To me it sounds more like nevus simplex. The most common capillary malformation is nevus simplex, which affects more than half of infants. Nevus simplex, or “salmon patch,” lesions are pink, ill-defined patches that tend to occur in midline locations, most frequently on the nape of the neck, glabella, eyelids, nose/lips, scalp, and sacral region Historically, colloquial terms such as “stork bite” (nape) and “angel kiss” (forehead/glabella) referred to nevus simplex lesions in particular anatomical regions. Unlike PWS and most other vascular malformations, most nevus simplex lesions regress within the first 2 years of life Clinical differentiation of nevus simplex from PWS, especially on initial presentation, can be difficult. Lesions with lighter pink color, midline location, and indistinct borders favor nevus simplex. https://www.ncbi.nlm.nih.gov/pmc/articles/PMC5615389/

... krewfoo99 made a comment on nbme23/block1/q#19 (Unlike the DNA polymerases found in Escherichia...)
 +0  upvote downvote
submitted by krewfoo99(0)

So basically what this is saying that DNA will be transmitted to the progeny not RNA. So DNA will replicate in the G2 phase and transfer of DNA material to progeny will occur in the M phase. The RNA may be mutated and making defective products, but this will not transmit into the progeny, thus not affecting species survival based on RNA mutations.

... krewfoo99 made a comment on nbme23/block1/q#33 (A 25-year-old woman and her 25-year-old husband come...)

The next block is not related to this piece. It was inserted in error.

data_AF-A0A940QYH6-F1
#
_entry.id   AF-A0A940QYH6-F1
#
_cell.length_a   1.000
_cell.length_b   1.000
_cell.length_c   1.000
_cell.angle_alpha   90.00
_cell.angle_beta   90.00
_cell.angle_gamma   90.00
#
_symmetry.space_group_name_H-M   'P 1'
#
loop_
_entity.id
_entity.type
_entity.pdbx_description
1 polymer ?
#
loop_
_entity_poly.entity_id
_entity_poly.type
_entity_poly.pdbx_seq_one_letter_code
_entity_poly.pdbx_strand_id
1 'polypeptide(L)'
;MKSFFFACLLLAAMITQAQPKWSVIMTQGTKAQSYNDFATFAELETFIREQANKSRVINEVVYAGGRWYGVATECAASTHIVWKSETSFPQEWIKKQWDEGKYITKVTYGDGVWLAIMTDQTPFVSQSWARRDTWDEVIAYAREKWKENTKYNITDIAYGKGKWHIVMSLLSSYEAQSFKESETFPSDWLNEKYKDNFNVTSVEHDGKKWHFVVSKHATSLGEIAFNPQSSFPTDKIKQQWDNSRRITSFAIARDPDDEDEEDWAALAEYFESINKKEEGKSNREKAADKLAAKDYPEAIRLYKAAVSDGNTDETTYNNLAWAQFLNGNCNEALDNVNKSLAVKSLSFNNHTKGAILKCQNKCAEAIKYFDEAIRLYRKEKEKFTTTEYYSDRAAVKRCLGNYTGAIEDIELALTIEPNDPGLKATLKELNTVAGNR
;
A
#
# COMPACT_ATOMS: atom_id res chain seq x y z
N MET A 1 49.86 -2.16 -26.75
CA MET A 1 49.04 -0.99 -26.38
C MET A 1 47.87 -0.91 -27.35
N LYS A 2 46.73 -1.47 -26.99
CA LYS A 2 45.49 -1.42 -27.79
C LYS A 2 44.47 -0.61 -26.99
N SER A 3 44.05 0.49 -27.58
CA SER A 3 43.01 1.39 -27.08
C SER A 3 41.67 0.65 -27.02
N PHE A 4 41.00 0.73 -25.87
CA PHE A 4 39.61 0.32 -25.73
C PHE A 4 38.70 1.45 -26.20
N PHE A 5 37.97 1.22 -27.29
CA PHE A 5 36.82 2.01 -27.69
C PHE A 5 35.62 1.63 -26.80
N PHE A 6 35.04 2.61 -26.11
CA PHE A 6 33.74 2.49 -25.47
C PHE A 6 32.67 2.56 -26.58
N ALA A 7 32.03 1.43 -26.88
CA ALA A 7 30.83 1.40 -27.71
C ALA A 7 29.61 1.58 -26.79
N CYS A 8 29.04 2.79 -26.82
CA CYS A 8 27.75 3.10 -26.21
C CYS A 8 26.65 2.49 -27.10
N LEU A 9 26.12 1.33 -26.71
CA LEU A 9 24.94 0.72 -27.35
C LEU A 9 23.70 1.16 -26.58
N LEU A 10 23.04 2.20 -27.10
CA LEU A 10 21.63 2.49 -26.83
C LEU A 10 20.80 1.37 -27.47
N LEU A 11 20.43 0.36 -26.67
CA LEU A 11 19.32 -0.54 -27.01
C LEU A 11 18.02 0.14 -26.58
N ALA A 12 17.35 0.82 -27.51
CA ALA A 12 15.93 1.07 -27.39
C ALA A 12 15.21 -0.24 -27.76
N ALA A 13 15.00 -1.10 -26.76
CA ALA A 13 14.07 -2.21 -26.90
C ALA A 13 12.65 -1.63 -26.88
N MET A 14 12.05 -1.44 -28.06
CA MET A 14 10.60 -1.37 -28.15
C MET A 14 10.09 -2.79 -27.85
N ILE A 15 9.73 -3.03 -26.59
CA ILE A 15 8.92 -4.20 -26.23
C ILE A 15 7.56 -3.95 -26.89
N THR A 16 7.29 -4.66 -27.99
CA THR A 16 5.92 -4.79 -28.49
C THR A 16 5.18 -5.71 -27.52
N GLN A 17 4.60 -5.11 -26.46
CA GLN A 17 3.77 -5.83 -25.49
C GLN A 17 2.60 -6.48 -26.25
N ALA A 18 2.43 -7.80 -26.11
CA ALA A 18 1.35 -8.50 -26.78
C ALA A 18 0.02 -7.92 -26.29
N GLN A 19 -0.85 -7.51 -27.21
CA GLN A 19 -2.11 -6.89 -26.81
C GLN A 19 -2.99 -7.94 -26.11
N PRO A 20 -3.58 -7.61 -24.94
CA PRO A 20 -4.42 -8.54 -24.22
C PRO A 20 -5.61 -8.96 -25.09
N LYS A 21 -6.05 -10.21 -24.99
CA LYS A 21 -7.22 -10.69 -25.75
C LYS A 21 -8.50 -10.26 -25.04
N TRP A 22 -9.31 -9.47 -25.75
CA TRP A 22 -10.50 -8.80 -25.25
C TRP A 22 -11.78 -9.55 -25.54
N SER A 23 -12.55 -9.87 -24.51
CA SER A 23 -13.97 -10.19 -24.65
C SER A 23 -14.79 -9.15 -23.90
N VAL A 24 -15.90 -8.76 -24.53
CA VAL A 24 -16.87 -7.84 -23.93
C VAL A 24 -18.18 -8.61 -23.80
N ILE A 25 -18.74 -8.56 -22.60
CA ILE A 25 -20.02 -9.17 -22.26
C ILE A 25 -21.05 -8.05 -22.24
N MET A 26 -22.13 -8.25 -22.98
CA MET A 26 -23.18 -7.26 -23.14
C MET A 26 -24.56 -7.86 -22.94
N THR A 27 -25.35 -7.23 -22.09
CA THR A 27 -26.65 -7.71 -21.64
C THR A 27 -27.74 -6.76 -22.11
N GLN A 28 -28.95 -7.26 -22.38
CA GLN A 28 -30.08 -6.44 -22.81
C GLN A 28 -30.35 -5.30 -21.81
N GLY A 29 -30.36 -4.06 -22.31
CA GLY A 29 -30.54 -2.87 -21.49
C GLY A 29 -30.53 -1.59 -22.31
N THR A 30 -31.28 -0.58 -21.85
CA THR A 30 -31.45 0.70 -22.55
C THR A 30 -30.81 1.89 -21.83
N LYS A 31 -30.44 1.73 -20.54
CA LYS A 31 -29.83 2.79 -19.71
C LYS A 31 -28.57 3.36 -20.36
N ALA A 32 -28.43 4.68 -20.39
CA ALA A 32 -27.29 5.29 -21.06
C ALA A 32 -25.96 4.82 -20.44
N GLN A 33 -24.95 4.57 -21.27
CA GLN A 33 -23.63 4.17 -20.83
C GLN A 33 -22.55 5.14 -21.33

+0  upvote downvote
submitted by krewfoo99(0)

In what situations will HbH be formed (3 alpha chain deletions)?

... jandj19 made a comment on nbme21/block2/q#5 (A 2-week-old male newborn has a patent ductus...)
 +0  upvote downvote
submitted by jandj19(0)

This is a very cool concept explained in the Rapid Review pathology book, page 257.

Left-sided to right-sided heart shunts results in volume overload in the right side of the heart, which increases LV volume (preload) due to more blood returning from the right heart to the left heart. An increase in LV preload is equal more cardiac output and more work for the heart. Later in life that will lead to an eccentric type of LVH with decrease cardiac output, pulmonary hypertension and a concentric RVH due to high afterload that the right heart has to pump against.

... jucapami made a comment on nbme24/block3/q#16 (An 18-year-old woman is brought to the physician...)
 +0  upvote downvote
submitted by jucapami(0)

x-ray corresponds to a tension pneumothorax = imminent respiratory failure if untreated. Right lung is fully collapsed, increasing intra-thoracic pressure, imparing O2 exchange (due to mass effect toward left lung, and collapsed right one), hence accumulating CO2 (in blood), inducing respiratory acidosis.

... jucapami made a comment on nbme24/block3/q#37 (A man accidentally touches the surface of a hot...)
 +0  upvote downvote
submitted by jucapami(0)

https://www.ncbi.nlm.nih.gov/pubmed/6162412

"The morphological interpretations of the changes in the functional ultrastructure of the bloodlymph barrier following thermal injury seem to be an increase in the numbers of vacuoles and many open endothelial intercellular junctions..."